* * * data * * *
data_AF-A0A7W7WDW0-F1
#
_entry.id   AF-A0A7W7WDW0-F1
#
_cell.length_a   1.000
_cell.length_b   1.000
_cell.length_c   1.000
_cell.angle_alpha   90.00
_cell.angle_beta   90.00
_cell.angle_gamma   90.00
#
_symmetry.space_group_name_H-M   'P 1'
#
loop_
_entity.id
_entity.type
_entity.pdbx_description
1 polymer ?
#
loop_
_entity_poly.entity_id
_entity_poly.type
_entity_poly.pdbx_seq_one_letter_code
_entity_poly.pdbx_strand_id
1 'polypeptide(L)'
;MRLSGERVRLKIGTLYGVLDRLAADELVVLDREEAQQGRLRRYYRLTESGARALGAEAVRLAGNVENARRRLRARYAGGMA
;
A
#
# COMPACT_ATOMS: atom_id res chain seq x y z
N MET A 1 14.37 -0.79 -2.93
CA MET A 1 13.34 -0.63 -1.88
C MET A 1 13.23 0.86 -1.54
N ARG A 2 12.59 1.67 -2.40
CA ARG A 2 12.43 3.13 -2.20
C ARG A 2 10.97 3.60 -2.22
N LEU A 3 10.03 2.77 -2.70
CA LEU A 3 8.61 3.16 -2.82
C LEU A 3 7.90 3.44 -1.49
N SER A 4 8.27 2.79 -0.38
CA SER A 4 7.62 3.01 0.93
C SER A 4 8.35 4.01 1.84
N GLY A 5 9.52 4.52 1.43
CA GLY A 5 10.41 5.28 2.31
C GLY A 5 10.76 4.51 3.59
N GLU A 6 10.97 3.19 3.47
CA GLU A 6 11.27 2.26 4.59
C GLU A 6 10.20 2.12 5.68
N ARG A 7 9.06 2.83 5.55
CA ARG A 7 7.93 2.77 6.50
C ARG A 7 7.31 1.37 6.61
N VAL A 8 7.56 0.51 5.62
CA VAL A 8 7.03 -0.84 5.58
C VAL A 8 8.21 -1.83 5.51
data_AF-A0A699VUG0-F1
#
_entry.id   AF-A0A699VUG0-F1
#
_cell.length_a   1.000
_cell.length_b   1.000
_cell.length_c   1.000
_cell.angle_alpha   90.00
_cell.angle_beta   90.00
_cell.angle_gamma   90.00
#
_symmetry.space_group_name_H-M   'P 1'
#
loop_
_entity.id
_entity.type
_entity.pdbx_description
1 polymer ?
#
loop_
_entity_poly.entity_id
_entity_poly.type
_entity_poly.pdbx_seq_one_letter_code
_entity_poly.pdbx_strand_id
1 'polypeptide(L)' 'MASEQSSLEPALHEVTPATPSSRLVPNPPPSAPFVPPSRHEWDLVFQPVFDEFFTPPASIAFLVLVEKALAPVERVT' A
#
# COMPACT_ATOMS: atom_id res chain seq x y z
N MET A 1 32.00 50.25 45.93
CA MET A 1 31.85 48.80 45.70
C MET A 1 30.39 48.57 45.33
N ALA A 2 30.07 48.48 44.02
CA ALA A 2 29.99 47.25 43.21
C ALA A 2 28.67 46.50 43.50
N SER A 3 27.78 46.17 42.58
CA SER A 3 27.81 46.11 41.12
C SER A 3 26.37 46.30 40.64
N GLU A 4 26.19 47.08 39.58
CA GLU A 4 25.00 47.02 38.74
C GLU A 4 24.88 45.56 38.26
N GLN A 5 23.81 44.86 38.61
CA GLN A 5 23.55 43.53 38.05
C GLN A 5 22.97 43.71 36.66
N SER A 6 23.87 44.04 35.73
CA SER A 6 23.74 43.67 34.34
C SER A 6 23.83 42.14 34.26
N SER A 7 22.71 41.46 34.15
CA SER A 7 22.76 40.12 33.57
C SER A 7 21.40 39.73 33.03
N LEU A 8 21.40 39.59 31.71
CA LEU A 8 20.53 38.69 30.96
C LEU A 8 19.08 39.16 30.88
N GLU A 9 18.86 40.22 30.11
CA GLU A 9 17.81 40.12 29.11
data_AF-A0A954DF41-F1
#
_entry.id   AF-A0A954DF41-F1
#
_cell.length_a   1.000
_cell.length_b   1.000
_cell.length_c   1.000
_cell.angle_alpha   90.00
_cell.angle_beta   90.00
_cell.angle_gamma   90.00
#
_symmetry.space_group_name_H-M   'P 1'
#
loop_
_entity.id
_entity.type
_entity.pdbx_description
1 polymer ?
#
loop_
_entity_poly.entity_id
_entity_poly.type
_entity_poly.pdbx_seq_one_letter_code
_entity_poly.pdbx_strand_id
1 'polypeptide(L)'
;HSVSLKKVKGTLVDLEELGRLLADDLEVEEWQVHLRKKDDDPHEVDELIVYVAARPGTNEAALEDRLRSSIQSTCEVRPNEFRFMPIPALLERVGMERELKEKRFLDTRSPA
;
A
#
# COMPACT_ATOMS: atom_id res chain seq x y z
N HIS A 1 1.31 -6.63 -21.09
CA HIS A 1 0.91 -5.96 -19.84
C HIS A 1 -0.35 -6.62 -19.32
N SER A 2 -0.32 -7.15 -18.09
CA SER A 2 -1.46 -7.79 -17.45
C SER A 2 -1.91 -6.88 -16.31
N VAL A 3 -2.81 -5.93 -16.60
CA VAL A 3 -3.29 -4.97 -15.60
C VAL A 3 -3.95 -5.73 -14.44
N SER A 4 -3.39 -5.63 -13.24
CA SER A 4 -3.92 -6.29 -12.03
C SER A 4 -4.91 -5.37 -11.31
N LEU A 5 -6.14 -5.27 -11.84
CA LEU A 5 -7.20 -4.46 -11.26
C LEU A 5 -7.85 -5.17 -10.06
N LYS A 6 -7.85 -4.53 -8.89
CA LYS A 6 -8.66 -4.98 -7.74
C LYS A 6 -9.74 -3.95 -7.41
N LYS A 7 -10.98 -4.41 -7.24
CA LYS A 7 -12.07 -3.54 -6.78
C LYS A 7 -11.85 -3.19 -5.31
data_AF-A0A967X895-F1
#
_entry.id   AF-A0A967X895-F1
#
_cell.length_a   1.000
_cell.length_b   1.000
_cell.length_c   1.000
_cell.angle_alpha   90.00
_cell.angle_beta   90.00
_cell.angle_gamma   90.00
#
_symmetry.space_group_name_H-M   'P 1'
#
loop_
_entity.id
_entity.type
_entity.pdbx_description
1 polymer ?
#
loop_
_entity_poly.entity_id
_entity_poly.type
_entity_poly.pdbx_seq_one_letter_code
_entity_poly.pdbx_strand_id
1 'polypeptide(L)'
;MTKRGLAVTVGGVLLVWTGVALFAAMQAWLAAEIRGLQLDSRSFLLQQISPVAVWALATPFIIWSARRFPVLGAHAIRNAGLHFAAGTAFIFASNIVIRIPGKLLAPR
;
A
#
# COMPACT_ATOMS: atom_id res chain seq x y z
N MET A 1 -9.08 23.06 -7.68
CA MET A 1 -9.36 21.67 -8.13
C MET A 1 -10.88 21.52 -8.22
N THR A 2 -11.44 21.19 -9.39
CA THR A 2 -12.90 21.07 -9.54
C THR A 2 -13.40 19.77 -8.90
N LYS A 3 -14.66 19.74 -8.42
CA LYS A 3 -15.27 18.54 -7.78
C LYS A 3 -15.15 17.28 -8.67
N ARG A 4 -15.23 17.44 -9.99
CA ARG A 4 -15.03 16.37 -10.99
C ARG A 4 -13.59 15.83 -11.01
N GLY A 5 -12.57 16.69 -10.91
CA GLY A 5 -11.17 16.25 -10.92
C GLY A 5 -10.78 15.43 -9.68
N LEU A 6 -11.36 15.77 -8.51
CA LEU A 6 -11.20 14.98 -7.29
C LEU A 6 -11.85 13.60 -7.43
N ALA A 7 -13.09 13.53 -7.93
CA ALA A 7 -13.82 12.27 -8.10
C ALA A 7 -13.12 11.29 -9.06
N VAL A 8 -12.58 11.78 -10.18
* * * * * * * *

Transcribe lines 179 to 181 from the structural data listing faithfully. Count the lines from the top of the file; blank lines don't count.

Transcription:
_entity_poly.entity_id
_entity_poly.type
_entity_poly.pdbx_seq_one_letter_code